Chris Eldon Lee reviews ‘Handbagged’, which is at The New Vic in Newcastle-under-Lyme until Saturday 28th September.
Why settle for one Margaret Thatcher when you can have two?
There are two Maggies, two Her Majesties (and four handbags) stalking the stage at the New Vic this month – in the revival of Moira Buffini’s wicked comedy about their relationship.
You have to feel sorry Queen Elizabeth. Imagine being obliged to have someone you really can’t bear round for tea 572 times? Especially as she refuses to sit down…and keeps cutting you off to tell you it’s her country not the yours. The simple set has a crown hovering over a map of the kingdom. But is it Lizze’s … or Maggie’s?
In her brilliantly conceived, impeccably researched, exquisitely constructed and painfully funny play, directed by her sister Fiona, Miss Buffini uses the cunning device of casting two women as Mrs Thatcher. Zoe Aldrich plays her in her prime…living through the tumultuous 11 years in which she wielded power. Jan Goodman looks on as the older version, blessed with hindsight and bedevilled by the desire to re-write her history.
It’s the same at The Palace. Melissa Collier plays a rather mumsy monarch navigating the frightful 80s as they happened, whilst the imperious Louise Bangay is much more tarte and circumspect as she reflects on one of the least happy decades of her reign.
We are on an express train rattling though Thatcher’s Britain. But we don’t stop at all the stations…especially the ones the Prime Minister would rather not dwell at.
They were the same age … and in the gauche re-enactment of their first meeting, HMQ congratulates TBW on quoting St Frances of Assisi on the steps of Number 10 … whilst Thatcher complains that her teeth ach from smiling. But the cordiality doesn’t last, as the play drops in on so many inglorious moments of Mrs. Thatcher reign.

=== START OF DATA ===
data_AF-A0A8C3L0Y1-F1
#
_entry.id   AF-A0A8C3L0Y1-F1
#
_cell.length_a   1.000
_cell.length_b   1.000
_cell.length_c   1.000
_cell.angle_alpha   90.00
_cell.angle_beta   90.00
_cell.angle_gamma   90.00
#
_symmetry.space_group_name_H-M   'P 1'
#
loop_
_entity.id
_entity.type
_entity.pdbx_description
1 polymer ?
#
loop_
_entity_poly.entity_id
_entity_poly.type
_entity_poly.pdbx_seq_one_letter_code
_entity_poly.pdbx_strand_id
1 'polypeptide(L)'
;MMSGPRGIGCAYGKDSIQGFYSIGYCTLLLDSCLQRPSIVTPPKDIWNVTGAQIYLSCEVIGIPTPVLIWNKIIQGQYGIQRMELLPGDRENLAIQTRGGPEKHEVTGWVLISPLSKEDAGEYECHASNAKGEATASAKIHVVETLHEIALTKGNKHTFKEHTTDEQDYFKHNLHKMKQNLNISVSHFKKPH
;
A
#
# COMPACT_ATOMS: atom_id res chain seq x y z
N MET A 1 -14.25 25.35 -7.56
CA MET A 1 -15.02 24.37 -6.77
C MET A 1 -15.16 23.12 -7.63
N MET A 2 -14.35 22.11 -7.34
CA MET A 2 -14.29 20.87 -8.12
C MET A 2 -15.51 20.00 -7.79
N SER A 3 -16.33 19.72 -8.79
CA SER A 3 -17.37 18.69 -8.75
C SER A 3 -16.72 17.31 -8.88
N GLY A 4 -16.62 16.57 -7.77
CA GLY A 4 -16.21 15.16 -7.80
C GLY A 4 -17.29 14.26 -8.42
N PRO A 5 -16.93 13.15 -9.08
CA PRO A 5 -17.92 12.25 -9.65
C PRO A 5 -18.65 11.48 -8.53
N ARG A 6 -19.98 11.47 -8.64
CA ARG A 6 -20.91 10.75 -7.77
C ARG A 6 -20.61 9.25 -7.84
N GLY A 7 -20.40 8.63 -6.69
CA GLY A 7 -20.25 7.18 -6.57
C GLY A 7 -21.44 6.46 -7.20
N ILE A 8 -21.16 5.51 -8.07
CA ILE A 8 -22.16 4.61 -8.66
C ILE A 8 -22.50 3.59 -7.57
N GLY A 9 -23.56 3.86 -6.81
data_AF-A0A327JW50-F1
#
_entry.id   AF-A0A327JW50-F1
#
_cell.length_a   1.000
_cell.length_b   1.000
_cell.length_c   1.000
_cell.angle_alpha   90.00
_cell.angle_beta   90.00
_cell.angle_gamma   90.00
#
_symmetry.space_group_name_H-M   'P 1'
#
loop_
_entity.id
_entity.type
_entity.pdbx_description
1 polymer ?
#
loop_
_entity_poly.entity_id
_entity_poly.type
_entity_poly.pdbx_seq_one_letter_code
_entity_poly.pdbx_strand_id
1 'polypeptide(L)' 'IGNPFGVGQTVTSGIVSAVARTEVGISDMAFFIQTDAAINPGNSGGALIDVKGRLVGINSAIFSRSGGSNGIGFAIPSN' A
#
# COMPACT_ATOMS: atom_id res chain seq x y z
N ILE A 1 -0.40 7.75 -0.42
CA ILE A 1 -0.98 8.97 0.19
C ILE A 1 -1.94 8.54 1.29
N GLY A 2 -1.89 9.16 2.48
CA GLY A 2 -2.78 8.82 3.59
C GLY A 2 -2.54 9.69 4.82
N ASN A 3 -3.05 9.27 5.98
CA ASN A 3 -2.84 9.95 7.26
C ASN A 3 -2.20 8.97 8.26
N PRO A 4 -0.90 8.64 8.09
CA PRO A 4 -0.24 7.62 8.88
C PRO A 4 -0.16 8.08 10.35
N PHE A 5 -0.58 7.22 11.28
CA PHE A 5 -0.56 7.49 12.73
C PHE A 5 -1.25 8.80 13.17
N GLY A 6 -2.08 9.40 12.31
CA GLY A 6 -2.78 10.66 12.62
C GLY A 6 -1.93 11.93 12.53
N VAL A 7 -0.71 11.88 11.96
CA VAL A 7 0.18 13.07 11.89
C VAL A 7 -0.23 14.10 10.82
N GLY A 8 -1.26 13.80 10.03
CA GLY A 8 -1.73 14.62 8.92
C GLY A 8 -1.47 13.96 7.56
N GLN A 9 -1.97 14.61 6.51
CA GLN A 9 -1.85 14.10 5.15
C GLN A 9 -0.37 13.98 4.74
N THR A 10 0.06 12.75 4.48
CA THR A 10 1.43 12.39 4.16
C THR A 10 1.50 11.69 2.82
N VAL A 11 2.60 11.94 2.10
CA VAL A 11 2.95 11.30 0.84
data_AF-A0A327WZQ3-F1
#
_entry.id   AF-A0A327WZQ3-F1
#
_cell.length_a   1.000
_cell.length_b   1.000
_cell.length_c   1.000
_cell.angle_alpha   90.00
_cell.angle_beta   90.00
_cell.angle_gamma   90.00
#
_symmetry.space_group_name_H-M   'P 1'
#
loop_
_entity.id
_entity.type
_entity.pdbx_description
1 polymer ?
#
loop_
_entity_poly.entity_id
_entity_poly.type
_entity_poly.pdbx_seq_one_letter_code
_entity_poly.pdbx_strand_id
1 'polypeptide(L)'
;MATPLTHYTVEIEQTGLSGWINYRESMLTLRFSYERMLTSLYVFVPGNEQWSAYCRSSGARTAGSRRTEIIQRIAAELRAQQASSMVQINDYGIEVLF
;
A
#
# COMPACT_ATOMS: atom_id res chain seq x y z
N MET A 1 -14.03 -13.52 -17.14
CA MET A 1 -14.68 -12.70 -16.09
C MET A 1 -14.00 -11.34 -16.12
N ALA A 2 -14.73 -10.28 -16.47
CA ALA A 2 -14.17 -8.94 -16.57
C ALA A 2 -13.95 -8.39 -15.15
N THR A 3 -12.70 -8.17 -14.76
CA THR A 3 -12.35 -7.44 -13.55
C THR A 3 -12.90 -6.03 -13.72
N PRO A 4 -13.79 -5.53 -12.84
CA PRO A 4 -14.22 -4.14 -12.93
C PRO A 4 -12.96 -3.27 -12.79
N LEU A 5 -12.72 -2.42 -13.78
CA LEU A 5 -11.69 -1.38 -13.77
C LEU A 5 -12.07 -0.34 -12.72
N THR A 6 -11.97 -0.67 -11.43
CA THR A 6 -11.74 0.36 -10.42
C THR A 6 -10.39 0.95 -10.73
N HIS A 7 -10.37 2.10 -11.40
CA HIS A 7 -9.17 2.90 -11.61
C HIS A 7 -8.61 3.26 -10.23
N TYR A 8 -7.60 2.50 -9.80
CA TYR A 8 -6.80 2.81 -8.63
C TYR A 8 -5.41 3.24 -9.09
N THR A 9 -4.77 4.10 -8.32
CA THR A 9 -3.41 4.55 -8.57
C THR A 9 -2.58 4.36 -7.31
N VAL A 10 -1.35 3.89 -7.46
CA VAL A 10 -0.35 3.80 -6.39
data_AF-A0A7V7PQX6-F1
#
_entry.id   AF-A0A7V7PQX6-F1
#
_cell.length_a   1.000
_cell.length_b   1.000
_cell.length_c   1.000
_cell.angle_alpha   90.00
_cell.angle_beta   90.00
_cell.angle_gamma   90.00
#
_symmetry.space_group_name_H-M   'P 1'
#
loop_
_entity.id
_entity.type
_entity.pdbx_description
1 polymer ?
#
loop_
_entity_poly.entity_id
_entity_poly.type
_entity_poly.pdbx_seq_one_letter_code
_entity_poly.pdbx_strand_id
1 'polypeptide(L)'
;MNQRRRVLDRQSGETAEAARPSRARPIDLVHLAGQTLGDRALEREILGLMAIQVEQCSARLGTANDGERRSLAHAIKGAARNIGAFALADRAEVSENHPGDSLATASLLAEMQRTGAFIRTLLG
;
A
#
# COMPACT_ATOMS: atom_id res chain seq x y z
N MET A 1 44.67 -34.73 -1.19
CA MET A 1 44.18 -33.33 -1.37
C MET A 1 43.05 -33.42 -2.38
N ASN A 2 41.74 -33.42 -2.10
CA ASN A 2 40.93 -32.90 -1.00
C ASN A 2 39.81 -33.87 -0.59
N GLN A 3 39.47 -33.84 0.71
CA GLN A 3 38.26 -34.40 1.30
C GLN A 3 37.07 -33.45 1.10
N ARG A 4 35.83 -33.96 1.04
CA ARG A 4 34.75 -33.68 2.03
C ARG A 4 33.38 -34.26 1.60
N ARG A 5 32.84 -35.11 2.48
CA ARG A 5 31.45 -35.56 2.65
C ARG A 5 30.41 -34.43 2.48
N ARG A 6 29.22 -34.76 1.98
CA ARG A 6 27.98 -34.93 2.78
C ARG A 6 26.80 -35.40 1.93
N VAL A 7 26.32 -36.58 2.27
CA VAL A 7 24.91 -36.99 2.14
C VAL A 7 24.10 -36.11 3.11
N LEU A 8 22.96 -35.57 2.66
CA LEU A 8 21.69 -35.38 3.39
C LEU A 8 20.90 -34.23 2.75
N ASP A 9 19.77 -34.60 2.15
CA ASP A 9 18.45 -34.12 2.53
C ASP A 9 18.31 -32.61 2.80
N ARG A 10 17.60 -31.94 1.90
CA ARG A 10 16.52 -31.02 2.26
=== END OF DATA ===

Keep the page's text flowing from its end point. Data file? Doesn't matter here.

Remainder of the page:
The Falkland’s Conflict was Thatcher’s war … but it was The Queen’s son who fought in it. And the fact that it was Thatcher who took the returning salute rather than Her Majesty still rankles at Windsor. And when Thatcher tries to justify her hard line in the Miner’s Strike, Her Majesty feels desperately sorry for the miners’ wives.
This selective compendium of historic detail lays bare an underlying tension between the two … the Queen’s conscience holding firm whilst Thatcher’s hardens. After the Brighton Bomb the Queen had to phone Thatcher to see if her Government had been slaughtered or not. Thatcher didn’t think to phone the Palace. And the Queen couldn’t see how the Poll Tax could possibly work and told her Prime Minister so, to no avail.
The four-handed dialogue is witty and incisive. But the play is beautifully broadened by the two male actors who play everyone else; from Dennis Thatcher to Rupert Murdoch and Kenneth Kaunda to Nancy Reagan (really). Paul Mundell and Ashley Gerlach are fantastically funny, as they rocket from role to role. Image Dennis’ face when he discovers he must have a Margaret on each arm. Whilst Michael Shea’s squirming (and wholly insincere) apology after he’s leaked the news that Elizabeth really can’t bear Margaret (information that is pivotal to this play) is so terribly awkward it raises hackles all round. Thank goodness for Michael Heseltine’s hair to restore laugher.
The play has so many resonances today. Tory MP’s resigned in their droves back then too. Political parties were hopelessly divided. We still have maniacally dangerous world leaders. Prejudice and apartheid still haunt us and Robert Mugabe is still in the news. Nothing changes. If only Boris had a handbag (and I have no evidence he hasn’t) he could slip into this play too.